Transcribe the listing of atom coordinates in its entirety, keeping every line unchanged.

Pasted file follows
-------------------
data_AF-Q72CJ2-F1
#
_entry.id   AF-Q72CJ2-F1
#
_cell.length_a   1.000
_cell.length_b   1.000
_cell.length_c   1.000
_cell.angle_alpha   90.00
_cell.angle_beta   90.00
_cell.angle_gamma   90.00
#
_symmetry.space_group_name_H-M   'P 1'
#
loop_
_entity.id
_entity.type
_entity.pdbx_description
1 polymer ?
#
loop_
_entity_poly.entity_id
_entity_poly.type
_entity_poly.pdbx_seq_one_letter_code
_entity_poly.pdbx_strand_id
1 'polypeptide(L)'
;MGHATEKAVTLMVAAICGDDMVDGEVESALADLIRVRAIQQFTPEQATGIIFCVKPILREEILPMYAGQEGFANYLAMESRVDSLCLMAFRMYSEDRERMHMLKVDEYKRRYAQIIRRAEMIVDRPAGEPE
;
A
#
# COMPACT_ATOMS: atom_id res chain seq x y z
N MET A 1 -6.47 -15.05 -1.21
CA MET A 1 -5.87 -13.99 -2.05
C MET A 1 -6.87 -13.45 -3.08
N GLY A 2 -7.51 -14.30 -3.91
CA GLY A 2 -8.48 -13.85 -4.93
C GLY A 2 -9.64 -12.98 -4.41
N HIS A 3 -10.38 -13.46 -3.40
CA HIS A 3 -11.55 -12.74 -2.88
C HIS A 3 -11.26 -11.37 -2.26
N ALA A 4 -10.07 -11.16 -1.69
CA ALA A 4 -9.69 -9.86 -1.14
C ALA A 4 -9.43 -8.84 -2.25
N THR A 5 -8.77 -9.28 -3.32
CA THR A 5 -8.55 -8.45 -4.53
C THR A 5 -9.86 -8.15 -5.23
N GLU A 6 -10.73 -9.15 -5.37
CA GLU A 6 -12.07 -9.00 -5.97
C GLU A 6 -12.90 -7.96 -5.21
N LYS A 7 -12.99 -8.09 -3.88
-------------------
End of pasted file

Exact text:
data_AF-Q72CJ2-F1
#
_entry.id   AF-Q72CJ2-F1
#
_cell.length_a   1.000
_cell.length_b   1.000
_cell.length_c   1.000
_cell.angle_alpha   90.00
_cell.angle_beta   90.00
_cell.angle_gamma   90.00
#
_symmetry.space_group_name_H-M   'P 1'
#
loop_
_entity.id
_entity.type
_entity.pdbx_description
1 polymer ?
#
loop_
_entity_poly.entity_id
_entity_poly.type
_entity_poly.pdbx_seq_one_letter_code
_entity_poly.pdbx_strand_id
1 'polypeptide(L)'
;MGHATEKAVTLMVAAICGDDMVDGEVESALADLIRVRAIQQFTPEQATGIIFCVKPILREEILPMYAGQEGFANYLAMESRVDSLCLMAFRMYSEDRERMHMLKVDEYKRRYAQIIRRAEMIVDRPAGEPE
;
A
#
# COMPACT_ATOMS: atom_id res chain seq x y z
N MET A 1 -6.47 -15.05 -1.21
CA MET A 1 -5.87 -13.99 -2.05
C MET A 1 -6.87 -13.45 -3.08
N GLY A 2 -7.51 -14.30 -3.91
CA GLY A 2 -8.48 -13.85 -4.93
C GLY A 2 -9.64 -12.98 -4.41
N HIS A 3 -10.38 -13.46 -3.40
CA HIS A 3 -11.55 -12.74 -2.88
C HIS A 3 -11.26 -11.37 -2.26
N ALA A 4 -10.07 -11.16 -1.69
CA ALA A 4 -9.69 -9.86 -1.14
C ALA A 4 -9.43 -8.84 -2.25
N THR A 5 -8.77 -9.28 -3.32
CA THR A 5 -8.55 -8.45 -4.53
C THR A 5 -9.86 -8.15 -5.23
N GLU A 6 -10.73 -9.15 -5.37
CA GLU A 6 -12.07 -9.00 -5.97
C GLU A 6 -12.90 -7.96 -5.21
N LYS A 7 -12.99 -8.09 -3.88